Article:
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2020 Massachusetts general election

From Wikipedia, the free encyclopedia

The 2020 Massachusetts general election was held on November 3, 2020, throughout Massachusetts. Primary elections were held on September 1, 2020.[1][2]

At the federal level, all nine seats in the United States House of Representatives were contested. Also contested was the United States Senate seat held by Ed Markey.[3]

At the state level, all seats in the Massachusetts General Court (state legislature) were contested.

To vote by mail, registered Massachusetts voters had to request a ballot by October 30, 2020.[4] As of early October some 504,043 voters had requested mail ballots.[5][6]

Federal offices

Early voting polling place in Middlesex County, Massachusetts, October 2020
Early voting polling place in Middlesex County, Massachusetts, October 2020

U.S. President

U.S. Senate

U.S. House

State offices

General Court

All seats in the State legislature, the General Court, were up for election.

Ballot measures

Two ballot measures appeared on the 2020 ballot. Question 1 is concerned with access to an automobile's Mechanical data. It would force all automakers starting with model year 2022 to release all relevant mechanical data for any automobile sold in the state. Question 2 would establish a ranked choice voting system for most state and federal primaries and general elections.[7][8]

As of April 2020, four measures (19-06, 19-10, 19-11, and 19-14) had achieved the required number of initial signatures and were pending in the Massachusetts General Court. The measures could be passed by the legislature before May 5, 2020, or if that failed to happen, petitioners were required collect an additional 13,347 signatures in support of each measure to be placed on the ballot. Due to the COVID-19 pandemic and the effects of social distancing on in-person signature collection, a lawsuit to allow for electronic signatures in support of ballot initiatives was raised with the Massachusetts Supreme Judicial Court.[9] In late April, a court judgement to allow for electronic signatures was agreed to by Massachusetts Secretary of the Commonwealth William F. Galvin and supporters of the four measures.[10] In early July, supporters of two of the four measures (19-06 and 19-10) announced that they had submitted a sufficient number of signatures to qualify for the ballot. Galvin certified both measures to appear on the 2020 ballot.[11][12]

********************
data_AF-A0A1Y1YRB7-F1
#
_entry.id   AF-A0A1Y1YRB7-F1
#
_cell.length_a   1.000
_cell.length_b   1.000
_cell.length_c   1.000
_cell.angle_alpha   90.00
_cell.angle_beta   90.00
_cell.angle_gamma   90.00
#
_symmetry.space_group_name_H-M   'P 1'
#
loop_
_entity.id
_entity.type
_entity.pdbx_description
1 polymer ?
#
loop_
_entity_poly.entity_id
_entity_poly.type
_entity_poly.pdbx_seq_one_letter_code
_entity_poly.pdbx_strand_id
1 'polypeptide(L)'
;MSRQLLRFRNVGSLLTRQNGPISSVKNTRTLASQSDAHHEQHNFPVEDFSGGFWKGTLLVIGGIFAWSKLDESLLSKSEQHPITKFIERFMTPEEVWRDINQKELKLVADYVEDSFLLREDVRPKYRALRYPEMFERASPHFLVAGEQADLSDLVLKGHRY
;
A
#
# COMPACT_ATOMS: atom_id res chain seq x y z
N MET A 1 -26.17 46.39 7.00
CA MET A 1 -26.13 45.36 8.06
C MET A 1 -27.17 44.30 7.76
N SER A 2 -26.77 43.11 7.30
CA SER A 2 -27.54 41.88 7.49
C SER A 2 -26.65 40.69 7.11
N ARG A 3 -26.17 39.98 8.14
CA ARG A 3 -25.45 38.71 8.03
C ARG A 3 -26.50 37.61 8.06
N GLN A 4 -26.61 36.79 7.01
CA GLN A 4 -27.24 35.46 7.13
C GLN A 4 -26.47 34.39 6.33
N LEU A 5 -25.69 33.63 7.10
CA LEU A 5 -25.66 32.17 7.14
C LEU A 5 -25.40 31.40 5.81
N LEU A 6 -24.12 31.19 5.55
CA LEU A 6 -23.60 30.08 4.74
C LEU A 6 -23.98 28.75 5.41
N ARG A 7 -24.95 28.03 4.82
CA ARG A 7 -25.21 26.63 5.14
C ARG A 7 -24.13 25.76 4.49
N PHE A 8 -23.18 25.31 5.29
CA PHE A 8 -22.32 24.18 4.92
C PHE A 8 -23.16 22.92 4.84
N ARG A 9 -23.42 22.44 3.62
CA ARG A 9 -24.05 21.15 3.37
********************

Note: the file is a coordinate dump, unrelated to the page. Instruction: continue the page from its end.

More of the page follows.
Number Initiative title Description Text Website Status
Question 1 Initiative Law to Enhance, Update and Protect the 2013 Motor Vehicle Right to Repair Law [13] This proposed law would require that motor vehicle owners and independent repair facilities be provided with expanded access to mechanical data related to vehicle maintenance and repair. Text Link Approved
Question 2 Initiative Petition for a Law to Implement Ranked-Choice Voting in Elections Enacts Ranked-choice voting for state and federal elections other than president. Text Link Rejected

Several measures were not certified to circulate because they went against Massachusetts law on ballot measures. Others were cleared for circulation but did not collect enough initial signatures for the December 4, 2019 deadline.[14]

Despite reaching a sufficient number of signatures in the first round, supporters of two measures (19-11 and 19-14) failed to collect the necessary number of signatures in the second round. By early July both initiatives had "effectively dropped their 2020 efforts".[15]

See also

References

  1. ^ "2020 Massachusetts State Primary and State Election Schedule" (PDF). Secretary of the Commonwealth Elections Division. April 17, 2020. Retrieved July 2, 2020 – via MA.us.
  2. ^ "Mass. 2020 Primary: What To Know About Voting By Mail Or At The Polls". www.wbur.org. Retrieved August 3, 2020.
  3. ^ McGrane, Victoria (June 21, 2020). "Meet Ed Markey and Joe Kennedy, now more woke". The Boston Globe. Retrieved July 2, 2020.
  4. ^ Lily Hay Newman (August 27, 2020), "How to Vote by Mail and Make Sure It Counts", Wired, archived from the original on October 6, 2020
  5. ^ Michael P. McDonald, "2020 General Election Early Vote Statistics", U.S. Elections Project, retrieved October 10, 2020, Detailed state statistics
  6. ^ Mail-In Ballots Continue To Be Popular Across Massachusetts, Cbslocal.com, October 9, 2020
  7. ^ "Auto Repair, Ranked-Choice Voting Questions Cleared for November Ballot". www.wbur.org. Retrieved August 13, 2020.
  8. ^ "Two ballot questions approved for fall elections in Massachusetts". WWLP. July 14, 2020. Retrieved August 13, 2020.
  9. ^ "Mass. High Court Rules For Plaintiff Signature Collectors In Ballot Access Case". www.wbur.org. Retrieved April 28, 2020.
  10. ^ Lisinski, Chris (April 30, 2020). "Accord clears way for e-signatures on ballot questions". WWLP. Retrieved July 2, 2020.
  11. ^ "Auto Repair, Ranked-Choice Voting Questions Cleared for November Ballot". www.wbur.org. Retrieved August 1, 2020.
  12. ^ "Two ballot questions approved for fall elections in Massachusetts". WWLP. July 14, 2020. Retrieved August 1, 2020.
  13. ^ * Callum Borchers (September 14, 2020), "A 'Right To Repair' Sequel: Mass. Ballot Question 1, Explained", Wbur.org (includes video)
  14. ^ "Current petitions filed". Mass.gov. Retrieved April 28, 2020.
  15. ^ DeCosta-Klipa, Nik (July 2, 2020). "Two proposed Massachusetts ballot questions bite the dust amid pandemic". Boston.com. Retrieved July 2, 2020.

Further reading

External links


This page was last edited on 25 February 2021, at 22:13
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